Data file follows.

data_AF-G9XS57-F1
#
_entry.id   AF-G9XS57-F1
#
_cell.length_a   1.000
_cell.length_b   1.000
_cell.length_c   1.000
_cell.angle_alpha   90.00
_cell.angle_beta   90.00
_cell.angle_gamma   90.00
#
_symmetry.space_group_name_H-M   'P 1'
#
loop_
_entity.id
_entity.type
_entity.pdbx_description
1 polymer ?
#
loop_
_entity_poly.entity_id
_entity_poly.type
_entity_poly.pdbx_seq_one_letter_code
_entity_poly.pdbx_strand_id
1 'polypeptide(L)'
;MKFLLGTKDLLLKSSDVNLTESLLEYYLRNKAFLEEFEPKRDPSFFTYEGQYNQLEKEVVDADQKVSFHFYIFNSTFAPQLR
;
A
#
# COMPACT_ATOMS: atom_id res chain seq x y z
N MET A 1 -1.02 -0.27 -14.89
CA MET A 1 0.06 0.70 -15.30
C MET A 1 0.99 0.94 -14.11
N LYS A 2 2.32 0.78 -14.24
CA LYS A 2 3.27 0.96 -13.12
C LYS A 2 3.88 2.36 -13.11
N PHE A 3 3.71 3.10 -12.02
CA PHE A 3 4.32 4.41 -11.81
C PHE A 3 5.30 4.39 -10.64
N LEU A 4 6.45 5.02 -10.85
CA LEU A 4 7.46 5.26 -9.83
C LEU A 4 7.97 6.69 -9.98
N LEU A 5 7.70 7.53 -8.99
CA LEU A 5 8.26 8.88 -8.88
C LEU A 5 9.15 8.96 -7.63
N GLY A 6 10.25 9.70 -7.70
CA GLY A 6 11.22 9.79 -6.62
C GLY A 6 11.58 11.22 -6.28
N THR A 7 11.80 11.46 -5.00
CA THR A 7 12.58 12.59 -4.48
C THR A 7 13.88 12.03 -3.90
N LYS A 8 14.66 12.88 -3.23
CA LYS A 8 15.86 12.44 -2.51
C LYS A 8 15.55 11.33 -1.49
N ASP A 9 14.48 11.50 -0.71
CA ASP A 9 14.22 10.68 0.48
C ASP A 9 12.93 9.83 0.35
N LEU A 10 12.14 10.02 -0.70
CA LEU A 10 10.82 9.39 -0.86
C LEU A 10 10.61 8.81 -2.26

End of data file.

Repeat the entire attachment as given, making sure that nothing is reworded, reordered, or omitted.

data_AF-G9XS57-F1
#
_entry.id   AF-G9XS57-F1
#
_cell.length_a   1.000
_cell.length_b   1.000
_cell.length_c   1.000
_cell.angle_alpha   90.00
_cell.angle_beta   90.00
_cell.angle_gamma   90.00
#
_symmetry.space_group_name_H-M   'P 1'
#
loop_
_entity.id
_entity.type
_entity.pdbx_description
1 polymer ?
#
loop_
_entity_poly.entity_id
_entity_poly.type
_entity_poly.pdbx_seq_one_letter_code
_entity_poly.pdbx_strand_id
1 'polypeptide(L)'
;MKFLLGTKDLLLKSSDVNLTESLLEYYLRNKAFLEEFEPKRDPSFFTYEGQYNQLEKEVVDADQKVSFHFYIFNSTFAPQLR
;
A
#
# COMPACT_ATOMS: atom_id res chain seq x y z
N MET A 1 -1.02 -0.27 -14.89
CA MET A 1 0.06 0.70 -15.30
C MET A 1 0.99 0.94 -14.11
N LYS A 2 2.32 0.78 -14.24
CA LYS A 2 3.27 0.96 -13.12
C LYS A 2 3.88 2.36 -13.11
N PHE A 3 3.71 3.10 -12.02
CA PHE A 3 4.32 4.41 -11.81
C PHE A 3 5.30 4.39 -10.64
N LEU A 4 6.45 5.02 -10.85
CA LEU A 4 7.46 5.26 -9.83
C LEU A 4 7.97 6.69 -9.98
N LEU A 5 7.70 7.53 -8.99
CA LEU A 5 8.26 8.88 -8.88
C LEU A 5 9.15 8.96 -7.63
N GLY A 6 10.25 9.70 -7.70
CA GLY A 6 11.22 9.79 -6.62
C GLY A 6 11.58 11.22 -6.28
N THR A 7 11.80 11.46 -5.00
CA THR A 7 12.58 12.59 -4.48
C THR A 7 13.88 12.03 -3.90
N LYS A 8 14.66 12.88 -3.23
CA LYS A 8 15.86 12.44 -2.51
C LYS A 8 15.55 11.33 -1.49
N ASP A 9 14.48 11.50 -0.71
CA ASP A 9 14.22 10.68 0.48
C ASP A 9 12.93 9.83 0.35
N LEU A 10 12.14 10.02 -0.70
CA LEU A 10 10.82 9.39 -0.86
C LEU A 10 10.61 8.81 -2.26